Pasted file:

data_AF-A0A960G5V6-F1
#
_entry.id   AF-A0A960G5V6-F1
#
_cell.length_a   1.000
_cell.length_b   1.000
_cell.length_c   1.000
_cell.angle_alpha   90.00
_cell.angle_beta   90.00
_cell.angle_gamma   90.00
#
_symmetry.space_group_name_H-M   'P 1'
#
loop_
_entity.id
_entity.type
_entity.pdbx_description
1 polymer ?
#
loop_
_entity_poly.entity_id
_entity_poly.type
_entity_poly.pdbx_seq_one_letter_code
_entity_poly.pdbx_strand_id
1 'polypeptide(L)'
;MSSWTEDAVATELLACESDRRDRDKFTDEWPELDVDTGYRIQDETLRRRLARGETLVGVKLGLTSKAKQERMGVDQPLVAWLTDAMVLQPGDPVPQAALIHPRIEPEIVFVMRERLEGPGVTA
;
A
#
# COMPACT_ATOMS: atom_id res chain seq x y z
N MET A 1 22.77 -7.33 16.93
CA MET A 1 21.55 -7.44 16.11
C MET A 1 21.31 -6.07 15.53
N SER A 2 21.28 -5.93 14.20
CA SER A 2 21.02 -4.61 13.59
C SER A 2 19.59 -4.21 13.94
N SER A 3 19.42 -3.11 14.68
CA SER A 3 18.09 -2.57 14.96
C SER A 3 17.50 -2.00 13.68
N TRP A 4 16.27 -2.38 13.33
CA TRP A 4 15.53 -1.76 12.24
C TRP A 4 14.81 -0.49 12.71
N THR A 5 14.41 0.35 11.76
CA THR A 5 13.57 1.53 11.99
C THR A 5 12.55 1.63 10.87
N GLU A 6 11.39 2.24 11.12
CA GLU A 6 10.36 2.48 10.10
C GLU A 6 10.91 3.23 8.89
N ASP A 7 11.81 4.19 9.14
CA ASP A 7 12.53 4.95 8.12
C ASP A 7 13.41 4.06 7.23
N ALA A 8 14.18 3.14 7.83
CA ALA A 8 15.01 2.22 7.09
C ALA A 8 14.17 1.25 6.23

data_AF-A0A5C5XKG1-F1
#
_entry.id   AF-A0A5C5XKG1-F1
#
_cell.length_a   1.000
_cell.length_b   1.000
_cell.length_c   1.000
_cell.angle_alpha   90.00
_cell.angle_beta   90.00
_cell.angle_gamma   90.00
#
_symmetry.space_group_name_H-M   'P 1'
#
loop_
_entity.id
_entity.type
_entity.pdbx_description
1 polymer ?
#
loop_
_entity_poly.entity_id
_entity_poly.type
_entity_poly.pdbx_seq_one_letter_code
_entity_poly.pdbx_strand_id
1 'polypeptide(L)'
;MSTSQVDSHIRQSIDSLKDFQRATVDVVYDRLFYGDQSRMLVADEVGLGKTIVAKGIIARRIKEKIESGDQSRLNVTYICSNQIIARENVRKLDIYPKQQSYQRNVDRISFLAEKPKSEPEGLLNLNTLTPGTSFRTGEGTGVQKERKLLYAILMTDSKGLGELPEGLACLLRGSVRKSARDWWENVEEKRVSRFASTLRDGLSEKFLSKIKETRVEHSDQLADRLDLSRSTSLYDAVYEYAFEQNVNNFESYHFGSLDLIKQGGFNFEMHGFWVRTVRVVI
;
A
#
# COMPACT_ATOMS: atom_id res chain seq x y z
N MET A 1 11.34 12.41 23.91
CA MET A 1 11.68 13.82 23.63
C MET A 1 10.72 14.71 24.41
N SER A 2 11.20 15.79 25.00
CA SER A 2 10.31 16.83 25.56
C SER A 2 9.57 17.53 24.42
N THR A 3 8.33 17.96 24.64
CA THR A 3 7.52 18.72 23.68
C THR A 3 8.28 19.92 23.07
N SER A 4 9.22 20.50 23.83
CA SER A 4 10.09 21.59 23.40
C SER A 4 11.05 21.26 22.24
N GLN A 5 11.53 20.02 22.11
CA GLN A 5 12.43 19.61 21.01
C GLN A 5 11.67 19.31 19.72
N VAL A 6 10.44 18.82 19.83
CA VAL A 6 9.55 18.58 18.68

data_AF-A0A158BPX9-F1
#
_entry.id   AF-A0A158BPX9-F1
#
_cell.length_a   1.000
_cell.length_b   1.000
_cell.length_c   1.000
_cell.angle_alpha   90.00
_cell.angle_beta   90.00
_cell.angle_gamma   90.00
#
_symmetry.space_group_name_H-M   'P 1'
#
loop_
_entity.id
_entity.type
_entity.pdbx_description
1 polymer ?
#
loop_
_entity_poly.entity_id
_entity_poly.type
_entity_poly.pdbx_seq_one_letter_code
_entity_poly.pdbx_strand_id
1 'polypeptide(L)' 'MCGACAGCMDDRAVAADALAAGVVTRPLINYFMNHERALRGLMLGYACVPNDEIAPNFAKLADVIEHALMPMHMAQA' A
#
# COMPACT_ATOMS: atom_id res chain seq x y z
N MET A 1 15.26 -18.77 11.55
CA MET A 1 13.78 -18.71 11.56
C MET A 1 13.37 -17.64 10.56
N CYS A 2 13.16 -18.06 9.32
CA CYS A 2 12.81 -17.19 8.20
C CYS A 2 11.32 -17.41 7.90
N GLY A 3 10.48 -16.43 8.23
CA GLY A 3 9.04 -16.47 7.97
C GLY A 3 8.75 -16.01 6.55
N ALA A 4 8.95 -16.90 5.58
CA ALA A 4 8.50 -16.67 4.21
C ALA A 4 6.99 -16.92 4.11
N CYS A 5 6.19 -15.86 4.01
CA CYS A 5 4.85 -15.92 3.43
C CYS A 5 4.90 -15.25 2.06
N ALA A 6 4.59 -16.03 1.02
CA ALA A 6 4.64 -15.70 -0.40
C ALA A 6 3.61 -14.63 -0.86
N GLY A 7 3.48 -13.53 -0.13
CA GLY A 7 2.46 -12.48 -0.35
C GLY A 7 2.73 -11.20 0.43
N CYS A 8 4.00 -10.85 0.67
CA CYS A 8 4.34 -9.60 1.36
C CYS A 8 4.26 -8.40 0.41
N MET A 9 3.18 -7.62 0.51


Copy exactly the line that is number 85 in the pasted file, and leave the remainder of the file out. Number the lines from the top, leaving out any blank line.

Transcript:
N MET A 1 11.34 12.41 23.91